Ashgate, 2009, 214 pp, pbk, 0 7546 7848 9, £35
For forty years Tony Atkinson has been at the forefront of tax-benefit modelling, and for over twenty years Holly Sutherland has been deeply involved in the development of tax-benefit models. It is a remarkable story of persistence and hard work in an important cause: the discovery of the effects of current and proposed tax and benefits systems, not just in the aggregate, but for individual households; and not just in theory but in relation to how money is actually earned and spent in the real world.
The immediate reason for the publication under review is the extension of the tax-benefit modelling software EUROMOD from a model built to handle the tax-benefit systems and datasets for the fifteen countries which constituted the European Union until 2004 into a version which can handle the systems and datasets of nineteen countries and soon of all twenty-seven of the current member states. Given the complexities of the twenty-seven different systems involved, and the added complexity of different datasets available for each member state, this is really quite a remarkable achievement. Those of us who were impressed at the way in which the early POLIMOD could process the UK’s Family Expenditure Survey data to tell us the difference which a change in a benefit level or in the structure of the benefits system would make to actual net earnings in a particular earnings decile can only marvel at software which will soon do that and more for all twenty-seven EU countries.
But to get back to the book: The first two historical chapters close with plans for the future which include the use of a Eurostat dataset rather than household surveys differently organised in different countries, and further expansion of the number of countries around the world which are now using modelling software based on EUROMOD’s structure. Then follow chapters which employ EUROMOD to study the effects of current tax-benefit systems on net incomes in nineteen EU countries, the effects which proposed flat tax schemes would have in Estonia, Hungary and Slovenia (the costs of the changes would be borne by lower income groups), the effects of alternative tax-benefit proposals on child poverty in Poland, the effects of reforming child allowances in Lithuania, and the effects of replacing in-work benefits with a revenue-equivalent tax-free labour income. (This chapter takes into account the likely effects of the current and proposed systems on labour market participation and finds that a tax-free labour income would increase labour market participation.)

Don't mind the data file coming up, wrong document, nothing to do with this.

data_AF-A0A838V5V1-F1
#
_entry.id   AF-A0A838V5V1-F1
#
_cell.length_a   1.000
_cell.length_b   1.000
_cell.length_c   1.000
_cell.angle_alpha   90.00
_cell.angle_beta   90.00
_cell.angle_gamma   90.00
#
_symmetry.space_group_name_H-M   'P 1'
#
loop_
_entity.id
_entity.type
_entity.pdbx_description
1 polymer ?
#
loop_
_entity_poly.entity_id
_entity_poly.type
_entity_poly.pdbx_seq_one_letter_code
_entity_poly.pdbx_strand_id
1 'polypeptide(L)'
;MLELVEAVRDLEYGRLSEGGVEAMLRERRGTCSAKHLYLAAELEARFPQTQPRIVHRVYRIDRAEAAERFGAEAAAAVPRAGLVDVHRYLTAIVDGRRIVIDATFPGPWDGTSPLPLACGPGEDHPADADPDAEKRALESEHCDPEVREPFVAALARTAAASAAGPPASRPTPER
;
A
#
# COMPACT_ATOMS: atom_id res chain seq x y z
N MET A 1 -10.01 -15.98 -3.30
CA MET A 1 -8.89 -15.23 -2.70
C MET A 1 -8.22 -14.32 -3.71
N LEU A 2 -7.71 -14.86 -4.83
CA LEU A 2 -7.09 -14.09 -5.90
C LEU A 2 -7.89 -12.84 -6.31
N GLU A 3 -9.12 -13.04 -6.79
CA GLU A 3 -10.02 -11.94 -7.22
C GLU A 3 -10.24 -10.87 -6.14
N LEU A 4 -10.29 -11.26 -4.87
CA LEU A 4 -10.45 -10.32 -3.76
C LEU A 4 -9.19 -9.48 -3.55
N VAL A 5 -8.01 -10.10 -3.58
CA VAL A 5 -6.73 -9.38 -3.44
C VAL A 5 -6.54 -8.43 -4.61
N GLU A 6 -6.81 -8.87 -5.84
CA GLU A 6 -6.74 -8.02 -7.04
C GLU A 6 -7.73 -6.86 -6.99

The final chapter suggests that the payoff of the considerable investment which tax-benefit models represent should be maximised by making them as accessible as possible to a wide range of users. We can only agree.
The authors are to be congratulated on a most useful book, but even more on the model-building and research projects which it’s all about.